Wednesday, December 23, 2020

The Origins of Prog - Sort Of...

"But I don't like country." "You like the Eagles?" "Yeah." "Then you like country." It's simple to alienate people by categorizing their music in a bent with which they can't associate. Not recognizing the country and folk-rock (albeit psychedelic) aspects of bands like The Byrds, The Flying Burrito Brothers and CSN is absurd. That same kind of animosity abounds between those who do and don't appreciate progressive rock.

The mention of the term will result in blank stares that generally lead to the question, "What is progressive music?" We can generalize: Longer songs (or epics); time changes and odd time signatures; complex, sophisticated instrumentation and composition; conceptual ideas and heightened, lyrical content; classical and jazz influences. These general guidelines hold true now, as they did during prog's heyday in the mid-70s. Tracing prog's history is a bit more speculative. What may be confusing is mistaking what is avant-garde for progressive. While prog can be extremely experimental (think "We Have Heaven" from Yes or Gentle Giant's "Knots"), the utterly experimental and avant-garde Trout Mask Replica cannot be mistaken as progressive.

Picking a starting point is a bit like putting a pin in a globe to choose one's vacation. This writer sticks a pin in The Mothers of Invention's Freak Out from 1966, in particular, "Help, I'm a Rock." Zappa's sophomore release, Absolutely Free, may more specifically be progressive, but I'll stick with Freak Out as where it all began, but only in the same way that Robert Johnson in the 1930s created rock 'n' roll. Definitive prog instead would come in 1970 with two LPs that truly fit the mold, Gentle Giant and Emerson, Lake and Palmer, the eponymous debuts from both bands. More on that in the next post.

What appears today as run of the mill (hardly) was ground-breaking in 1967. The idea of fusing psychedelic rock with orchestral arrangements was an improbable marriage. The Moody Blues somehow made it work on the prog classic Days of Future Passed. A true concept album, Days of Future Passed is thematic in that it follows a day's activity.  As "The Day Begins" Graeme Edge commands the sun to rise.  The optimism of the early morning is reflected in Michael Pinder's "Dawn is a Feeling" and in Ray Thomas' "Another Morning". By the afternoon, the recording takes on a surreal quality typical of later psychedelic recordings; indeed, John Lodge's compositions ("Peak Hour", "Forever Afternoon") are truly inspired. Despite the "typical day," the symphonic arrangements with the London Festival Orchestra are far from ordinary. In essence, Days was a fluke, a mistake, but for scores of flower children, the LP was their first exposure to classical orchestration and soaring melodies. In actuality, the album is more proto-prog than prog: for all of its orchestral ambitions, the songs stick largely to pop song formats. And yet, the way the group tried to seriously meld themselves with the orchestra, rather than simply use it as a sweetening device as in earlier pop music, was important--it's the *intent* here that counts. Not to mention, the group's unabashedly "cosmic" aspirations which would be a more defining characteristic of prog than Zappa's more biting, punkish social satire.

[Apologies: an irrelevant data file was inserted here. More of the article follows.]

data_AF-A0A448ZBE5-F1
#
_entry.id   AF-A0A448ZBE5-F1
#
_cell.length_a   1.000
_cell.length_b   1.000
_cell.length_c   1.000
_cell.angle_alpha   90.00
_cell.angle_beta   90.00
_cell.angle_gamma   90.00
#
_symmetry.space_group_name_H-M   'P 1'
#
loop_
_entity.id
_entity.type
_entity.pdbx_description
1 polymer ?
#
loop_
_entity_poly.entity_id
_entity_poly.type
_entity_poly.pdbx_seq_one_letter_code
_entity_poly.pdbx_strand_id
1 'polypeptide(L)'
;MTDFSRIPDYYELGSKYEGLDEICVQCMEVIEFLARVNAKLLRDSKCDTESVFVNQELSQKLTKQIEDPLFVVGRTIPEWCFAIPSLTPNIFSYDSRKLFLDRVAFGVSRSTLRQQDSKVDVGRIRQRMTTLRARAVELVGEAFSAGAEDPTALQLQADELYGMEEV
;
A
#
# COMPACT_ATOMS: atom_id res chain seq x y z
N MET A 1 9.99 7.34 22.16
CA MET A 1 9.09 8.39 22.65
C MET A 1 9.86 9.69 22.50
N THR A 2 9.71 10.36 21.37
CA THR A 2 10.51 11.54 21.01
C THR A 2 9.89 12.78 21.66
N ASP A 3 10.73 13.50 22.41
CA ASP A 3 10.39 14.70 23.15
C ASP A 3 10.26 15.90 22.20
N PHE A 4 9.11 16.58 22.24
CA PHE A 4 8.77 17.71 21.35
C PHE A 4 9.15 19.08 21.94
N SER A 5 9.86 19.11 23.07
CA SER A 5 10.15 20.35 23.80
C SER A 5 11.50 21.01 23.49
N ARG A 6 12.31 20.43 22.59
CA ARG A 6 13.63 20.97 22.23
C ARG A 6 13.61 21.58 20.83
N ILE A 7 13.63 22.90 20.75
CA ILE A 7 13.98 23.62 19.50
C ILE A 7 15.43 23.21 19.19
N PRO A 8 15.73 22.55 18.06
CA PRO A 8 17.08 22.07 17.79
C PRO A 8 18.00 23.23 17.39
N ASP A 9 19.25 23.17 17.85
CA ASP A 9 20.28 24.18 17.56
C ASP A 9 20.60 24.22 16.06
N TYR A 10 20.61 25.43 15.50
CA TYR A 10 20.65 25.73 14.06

While The Moodies were busy attempting to meld rock and orchestral sounds, Keith Emerson, and The Move were busy incorporating classical and jazz elements within a tighter four-piece (later three-piece) rock band arrangement, using only his considerable virtuosity at the keyboard and a partnership with Robert Moog. The results would do more to influence prog-rock, and keyboards in general, than any other album for years to come. While "Emerlist Davjack" is more of a transitional album between psychedelia and prog, the LP is as progressive as much of ELP's later work.

Also in 1967, the Moodies were back with In Search of the Lost Chord. Here we may find the very first intrinsically progressive LP. A mini-suite opens with "House Of Four Doors," a solemn and somewhat mystical number that features the sound of different doors opening into different musical worlds: medieval guitar and flute, a baroque harpsichord, and a 19th-century orchestra, leading to the fourth and final door which opens cleverly into the next song, "Legend Of A Mind." This psychedelic classic is a tribute to acid guru Tim Leary, which features a trippy mellotron hook played with a pitch bend. This upbeat track features a catchy melody and a series of exciting time changes, constantly building in strength until the piece quiets down for a mystical flute solo and more of the pitch-bended mellotron for maximum psych thrills. The break continues this mellotron/flute duet for a while, stretching the song way past pop boundaries and into solid prog territory, the track's orchestral grandeur becoming apparent as the band rejoins and gradually plays in a faster and faster tempo, soaring high until the chorus triumphantly returns. "House Of Four Doors" returns for a brief reprise, sounding moody and contemplative, a tambourine being stricken ritually as the group sings of different paths on the quest to enlightenment. And that's just side one.

By 1968 the genre would further emerge with bands like Tomorrow, Mabel Greer's Toyshop, Yes and King Crimson, not to mention the Canterbury Scene which was progressive all the way back to 1964. Progressive Rock would explode into the mainstream in the mid-70s with Tull, ELP and Genesis, finally self-aggrandizing itself so fully that it fell by the wayside amidst the clash of punk and disco. It would reemerge in the 90s with bands like Porcupine Tree. Interesting that Steven Wilson would look back so fondly on LPs like Gentle Giant's The Power and the Glory, remaster and mix them and offer them up to a new generation.